Creator: Lucia RM Martino Photographer  |  Credit: Smithsonian American Art Museum


"Famed for her images of flowers and Southwestern landscapes, Georgia O’Keeffe spent several years exploring the built environment of New York City with brush in hand. The artist first moved to the city’s newly built Shelton Hotel in 1924, then the tallest residential skyscraper in the world, and its soaring heights inspired a five-year period of energetic experimentation, across media and at a variety of scales, with subject matter, form, and perspective."

"Born in Sun Prairie, Wisconsin, in 1887, O’Keeffe spent her early decades in the Midwest and on the East Coast, studying at the School of the Art Institute of Chicago from 1905 to 1906 and the following year at the Art Students League in Manhattan. Over the next decade, she threw herself into new experiences—particularly as an art teacher—and traveled the country in the process, based at times in New York, Virginia, South Carolina, and Texas. In 1918, persuaded by the photographer and gallerist Alfred Stieglitz, then her romantic partner and later her husband, O’Keeffe relocated to New York to focus on her own artistic career. The pair then settled into a new rhythm: From late fall through spring, they lived in Manhattan. Summer and early autumn were spent upstate at Lake George with Stieglitz’s extended family. O’Keeffe took occasional trips to paint elsewhere, but this back-and-forth between urban and rural New York persisted until 1929, when O’Keeffe added New Mexico to her seasonal itinerary."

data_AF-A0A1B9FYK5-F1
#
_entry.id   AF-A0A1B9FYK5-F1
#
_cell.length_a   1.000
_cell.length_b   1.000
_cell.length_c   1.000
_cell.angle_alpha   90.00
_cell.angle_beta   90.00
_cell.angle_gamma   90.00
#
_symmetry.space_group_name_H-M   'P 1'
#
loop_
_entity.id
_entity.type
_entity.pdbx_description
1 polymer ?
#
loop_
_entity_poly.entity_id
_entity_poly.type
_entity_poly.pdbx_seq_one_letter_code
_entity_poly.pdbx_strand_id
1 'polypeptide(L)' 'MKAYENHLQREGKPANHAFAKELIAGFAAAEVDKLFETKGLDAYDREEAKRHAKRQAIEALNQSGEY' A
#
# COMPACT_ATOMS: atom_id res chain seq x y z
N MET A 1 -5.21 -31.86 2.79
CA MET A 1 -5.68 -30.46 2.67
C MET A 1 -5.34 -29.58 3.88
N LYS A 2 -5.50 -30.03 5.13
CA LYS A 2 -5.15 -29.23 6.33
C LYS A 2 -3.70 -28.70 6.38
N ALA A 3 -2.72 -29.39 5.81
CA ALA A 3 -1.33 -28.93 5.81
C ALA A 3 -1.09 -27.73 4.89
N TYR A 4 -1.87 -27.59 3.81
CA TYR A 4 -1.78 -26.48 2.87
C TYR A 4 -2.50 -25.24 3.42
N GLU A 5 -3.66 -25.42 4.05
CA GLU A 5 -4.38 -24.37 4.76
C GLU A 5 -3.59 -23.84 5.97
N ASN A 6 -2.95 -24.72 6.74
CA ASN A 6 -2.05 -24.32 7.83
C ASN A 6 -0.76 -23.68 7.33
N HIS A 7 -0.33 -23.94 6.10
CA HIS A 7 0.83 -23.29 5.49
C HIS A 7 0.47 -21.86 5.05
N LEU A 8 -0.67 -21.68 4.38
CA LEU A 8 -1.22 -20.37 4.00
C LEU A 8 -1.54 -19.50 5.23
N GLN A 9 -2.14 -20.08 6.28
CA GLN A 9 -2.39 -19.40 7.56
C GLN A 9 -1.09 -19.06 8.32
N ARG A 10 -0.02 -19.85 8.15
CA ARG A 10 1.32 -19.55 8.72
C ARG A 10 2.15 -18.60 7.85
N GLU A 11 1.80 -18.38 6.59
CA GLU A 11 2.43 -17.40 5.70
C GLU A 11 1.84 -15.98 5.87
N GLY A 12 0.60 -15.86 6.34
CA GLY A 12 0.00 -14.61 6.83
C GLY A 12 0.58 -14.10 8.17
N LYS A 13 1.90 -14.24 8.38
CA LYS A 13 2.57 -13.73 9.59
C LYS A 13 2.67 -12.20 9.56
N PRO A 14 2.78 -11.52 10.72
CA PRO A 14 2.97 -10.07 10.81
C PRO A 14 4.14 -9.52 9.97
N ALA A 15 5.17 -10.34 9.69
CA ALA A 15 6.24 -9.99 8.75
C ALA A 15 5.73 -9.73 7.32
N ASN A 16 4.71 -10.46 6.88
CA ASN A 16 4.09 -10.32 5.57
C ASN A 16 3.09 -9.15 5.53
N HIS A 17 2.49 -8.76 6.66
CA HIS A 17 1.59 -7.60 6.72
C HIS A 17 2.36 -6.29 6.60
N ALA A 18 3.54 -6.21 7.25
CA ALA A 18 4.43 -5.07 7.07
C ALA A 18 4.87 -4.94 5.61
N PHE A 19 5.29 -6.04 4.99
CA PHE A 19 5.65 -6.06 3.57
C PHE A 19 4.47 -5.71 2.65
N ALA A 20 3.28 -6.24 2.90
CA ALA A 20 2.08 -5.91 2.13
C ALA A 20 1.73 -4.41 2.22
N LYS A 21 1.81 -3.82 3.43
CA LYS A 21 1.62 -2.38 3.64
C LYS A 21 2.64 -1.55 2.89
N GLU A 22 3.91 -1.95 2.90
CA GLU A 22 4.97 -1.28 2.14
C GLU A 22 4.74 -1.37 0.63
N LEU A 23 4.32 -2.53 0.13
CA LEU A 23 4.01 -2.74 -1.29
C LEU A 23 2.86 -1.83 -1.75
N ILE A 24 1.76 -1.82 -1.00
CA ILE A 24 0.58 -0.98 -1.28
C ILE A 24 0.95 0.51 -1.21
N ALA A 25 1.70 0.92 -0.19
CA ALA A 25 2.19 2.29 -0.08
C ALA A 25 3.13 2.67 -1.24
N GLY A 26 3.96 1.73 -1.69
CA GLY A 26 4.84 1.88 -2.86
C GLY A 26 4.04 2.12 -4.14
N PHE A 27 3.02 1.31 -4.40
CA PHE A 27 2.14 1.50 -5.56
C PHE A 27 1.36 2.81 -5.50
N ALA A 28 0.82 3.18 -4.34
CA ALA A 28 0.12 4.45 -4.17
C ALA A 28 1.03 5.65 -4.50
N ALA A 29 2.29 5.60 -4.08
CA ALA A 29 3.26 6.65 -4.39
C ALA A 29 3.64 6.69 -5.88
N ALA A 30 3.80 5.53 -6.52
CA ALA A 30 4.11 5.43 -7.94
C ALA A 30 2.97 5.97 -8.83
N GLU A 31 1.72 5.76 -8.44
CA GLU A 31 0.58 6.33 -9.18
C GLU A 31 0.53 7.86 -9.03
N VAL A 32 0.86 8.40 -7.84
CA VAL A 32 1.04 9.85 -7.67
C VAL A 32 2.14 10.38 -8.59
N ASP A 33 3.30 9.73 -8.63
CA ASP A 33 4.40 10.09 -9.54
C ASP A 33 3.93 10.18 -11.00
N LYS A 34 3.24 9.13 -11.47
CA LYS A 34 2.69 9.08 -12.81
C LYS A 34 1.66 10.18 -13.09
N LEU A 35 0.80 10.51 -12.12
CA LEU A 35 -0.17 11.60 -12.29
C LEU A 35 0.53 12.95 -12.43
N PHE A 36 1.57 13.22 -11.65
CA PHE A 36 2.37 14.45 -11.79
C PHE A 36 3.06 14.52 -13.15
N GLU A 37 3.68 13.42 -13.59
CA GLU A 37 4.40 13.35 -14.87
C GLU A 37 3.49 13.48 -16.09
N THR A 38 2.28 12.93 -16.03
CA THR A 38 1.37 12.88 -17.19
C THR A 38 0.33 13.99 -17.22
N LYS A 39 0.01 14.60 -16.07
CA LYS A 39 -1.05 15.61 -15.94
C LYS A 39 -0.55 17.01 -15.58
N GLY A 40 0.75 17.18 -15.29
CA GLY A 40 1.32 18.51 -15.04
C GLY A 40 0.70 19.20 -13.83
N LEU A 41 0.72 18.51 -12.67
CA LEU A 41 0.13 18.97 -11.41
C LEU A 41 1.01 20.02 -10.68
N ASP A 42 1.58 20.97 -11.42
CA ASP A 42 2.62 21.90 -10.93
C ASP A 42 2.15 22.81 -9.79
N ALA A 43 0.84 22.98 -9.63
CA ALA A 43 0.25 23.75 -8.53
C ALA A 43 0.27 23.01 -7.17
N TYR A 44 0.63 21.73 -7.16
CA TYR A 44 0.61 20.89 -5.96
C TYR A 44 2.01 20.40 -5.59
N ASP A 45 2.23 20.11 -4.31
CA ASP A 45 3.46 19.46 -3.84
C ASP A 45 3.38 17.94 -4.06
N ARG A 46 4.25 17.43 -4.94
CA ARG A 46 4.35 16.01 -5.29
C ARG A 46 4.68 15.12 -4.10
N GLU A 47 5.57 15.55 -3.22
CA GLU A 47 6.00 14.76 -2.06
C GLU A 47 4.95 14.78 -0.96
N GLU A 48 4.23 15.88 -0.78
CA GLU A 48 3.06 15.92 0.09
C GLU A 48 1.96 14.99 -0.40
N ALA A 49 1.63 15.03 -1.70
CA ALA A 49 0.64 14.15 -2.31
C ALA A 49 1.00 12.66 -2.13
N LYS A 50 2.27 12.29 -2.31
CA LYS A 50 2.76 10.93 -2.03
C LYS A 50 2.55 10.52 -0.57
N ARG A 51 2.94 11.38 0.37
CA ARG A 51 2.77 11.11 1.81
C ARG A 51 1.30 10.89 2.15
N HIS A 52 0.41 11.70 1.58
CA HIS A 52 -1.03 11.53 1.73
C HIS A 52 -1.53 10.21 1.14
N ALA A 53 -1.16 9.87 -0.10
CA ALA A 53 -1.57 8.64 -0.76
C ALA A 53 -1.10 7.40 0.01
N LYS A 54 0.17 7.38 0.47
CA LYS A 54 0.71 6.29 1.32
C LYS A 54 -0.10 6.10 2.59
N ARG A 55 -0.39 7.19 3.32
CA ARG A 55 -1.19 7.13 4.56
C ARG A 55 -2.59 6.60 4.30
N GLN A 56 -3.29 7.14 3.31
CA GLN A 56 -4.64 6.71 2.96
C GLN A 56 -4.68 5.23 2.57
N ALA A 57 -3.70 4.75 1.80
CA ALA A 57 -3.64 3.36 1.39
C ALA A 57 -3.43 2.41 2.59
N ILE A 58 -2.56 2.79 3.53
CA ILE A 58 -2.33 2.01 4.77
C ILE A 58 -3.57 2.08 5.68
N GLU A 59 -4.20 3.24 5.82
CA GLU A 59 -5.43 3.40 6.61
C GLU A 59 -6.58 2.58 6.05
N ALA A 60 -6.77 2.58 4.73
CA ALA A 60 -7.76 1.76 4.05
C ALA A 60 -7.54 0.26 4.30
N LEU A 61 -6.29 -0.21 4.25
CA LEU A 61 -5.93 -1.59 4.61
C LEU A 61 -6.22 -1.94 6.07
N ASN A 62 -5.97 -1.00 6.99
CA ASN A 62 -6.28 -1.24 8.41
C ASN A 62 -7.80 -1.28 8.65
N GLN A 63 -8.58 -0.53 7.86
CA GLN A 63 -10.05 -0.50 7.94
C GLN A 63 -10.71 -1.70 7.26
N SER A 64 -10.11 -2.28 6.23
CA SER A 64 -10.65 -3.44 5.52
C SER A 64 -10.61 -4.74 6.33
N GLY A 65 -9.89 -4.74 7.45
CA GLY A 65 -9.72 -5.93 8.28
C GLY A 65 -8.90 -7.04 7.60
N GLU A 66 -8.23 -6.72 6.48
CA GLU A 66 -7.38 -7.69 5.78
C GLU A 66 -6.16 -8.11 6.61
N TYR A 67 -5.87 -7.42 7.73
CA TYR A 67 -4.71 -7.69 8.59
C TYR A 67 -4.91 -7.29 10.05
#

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Pictured: Manhattan, Image Creator: Lucia RM Martino Photographer Credit: Smithsonian American Art Museum


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